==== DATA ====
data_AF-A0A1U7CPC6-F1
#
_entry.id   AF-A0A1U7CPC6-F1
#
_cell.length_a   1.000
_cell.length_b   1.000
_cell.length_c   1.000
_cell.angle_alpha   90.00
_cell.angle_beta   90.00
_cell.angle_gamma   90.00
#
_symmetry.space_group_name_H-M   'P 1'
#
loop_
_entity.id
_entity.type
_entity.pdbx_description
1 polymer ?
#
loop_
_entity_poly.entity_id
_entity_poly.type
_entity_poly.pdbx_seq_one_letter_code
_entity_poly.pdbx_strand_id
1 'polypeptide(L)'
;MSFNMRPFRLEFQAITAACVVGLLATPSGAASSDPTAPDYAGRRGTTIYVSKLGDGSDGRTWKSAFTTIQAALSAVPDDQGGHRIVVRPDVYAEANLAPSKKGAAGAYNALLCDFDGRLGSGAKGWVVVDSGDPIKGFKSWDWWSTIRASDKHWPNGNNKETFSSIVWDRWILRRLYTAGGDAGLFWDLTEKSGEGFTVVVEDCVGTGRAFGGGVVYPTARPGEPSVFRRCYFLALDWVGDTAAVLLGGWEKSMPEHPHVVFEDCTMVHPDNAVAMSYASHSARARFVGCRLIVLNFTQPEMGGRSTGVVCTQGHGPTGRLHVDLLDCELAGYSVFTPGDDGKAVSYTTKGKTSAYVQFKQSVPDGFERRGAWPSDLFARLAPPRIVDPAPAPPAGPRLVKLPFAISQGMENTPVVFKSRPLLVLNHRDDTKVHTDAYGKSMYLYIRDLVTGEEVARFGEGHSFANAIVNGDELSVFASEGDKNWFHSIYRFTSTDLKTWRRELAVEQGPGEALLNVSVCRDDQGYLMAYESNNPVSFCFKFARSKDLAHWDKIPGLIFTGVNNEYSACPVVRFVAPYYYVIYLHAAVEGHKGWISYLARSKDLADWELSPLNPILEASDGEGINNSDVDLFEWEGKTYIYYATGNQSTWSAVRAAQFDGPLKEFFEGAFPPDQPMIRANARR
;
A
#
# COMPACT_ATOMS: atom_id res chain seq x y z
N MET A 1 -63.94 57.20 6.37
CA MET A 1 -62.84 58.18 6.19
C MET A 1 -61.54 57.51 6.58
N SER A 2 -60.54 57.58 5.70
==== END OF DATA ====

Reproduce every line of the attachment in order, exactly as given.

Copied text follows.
data_AF-A0A1U7CPC6-F1
#
_entry.id   AF-A0A1U7CPC6-F1
#
_cell.length_a   1.000
_cell.length_b   1.000
_cell.length_c   1.000
_cell.angle_alpha   90.00
_cell.angle_beta   90.00
_cell.angle_gamma   90.00
#
_symmetry.space_group_name_H-M   'P 1'
#
loop_
_entity.id
_entity.type
_entity.pdbx_description
1 polymer ?
#
loop_
_entity_poly.entity_id
_entity_poly.type
_entity_poly.pdbx_seq_one_letter_code
_entity_poly.pdbx_strand_id
1 'polypeptide(L)'
;MSFNMRPFRLEFQAITAACVVGLLATPSGAASSDPTAPDYAGRRGTTIYVSKLGDGSDGRTWKSAFTTIQAALSAVPDDQGGHRIVVRPDVYAEANLAPSKKGAAGAYNALLCDFDGRLGSGAKGWVVVDSGDPIKGFKSWDWWSTIRASDKHWPNGNNKETFSSIVWDRWILRRLYTAGGDAGLFWDLTEKSGEGFTVVVEDCVGTGRAFGGGVVYPTARPGEPSVFRRCYFLALDWVGDTAAVLLGGWEKSMPEHPHVVFEDCTMVHPDNAVAMSYASHSARARFVGCRLIVLNFTQPEMGGRSTGVVCTQGHGPTGRLHVDLLDCELAGYSVFTPGDDGKAVSYTTKGKTSAYVQFKQSVPDGFERRGAWPSDLFARLAPPRIVDPAPAPPAGPRLVKLPFAISQGMENTPVVFKSRPLLVLNHRDDTKVHTDAYGKSMYLYIRDLVTGEEVARFGEGHSFANAIVNGDELSVFASEGDKNWFHSIYRFTSTDLKTWRRELAVEQGPGEALLNVSVCRDDQGYLMAYESNNPVSFCFKFARSKDLAHWDKIPGLIFTGVNNEYSACPVVRFVAPYYYVIYLHAAVEGHKGWISYLARSKDLADWELSPLNPILEASDGEGINNSDVDLFEWEGKTYIYYATGNQSTWSAVRAAQFDGPLKEFFEGAFPPDQPMIRANARR
;
A
#
# COMPACT_ATOMS: atom_id res chain seq x y z
N MET A 1 -63.94 57.20 6.37
CA MET A 1 -62.84 58.18 6.19
C MET A 1 -61.54 57.51 6.58
N SER A 2 -60.54 57.58 5.70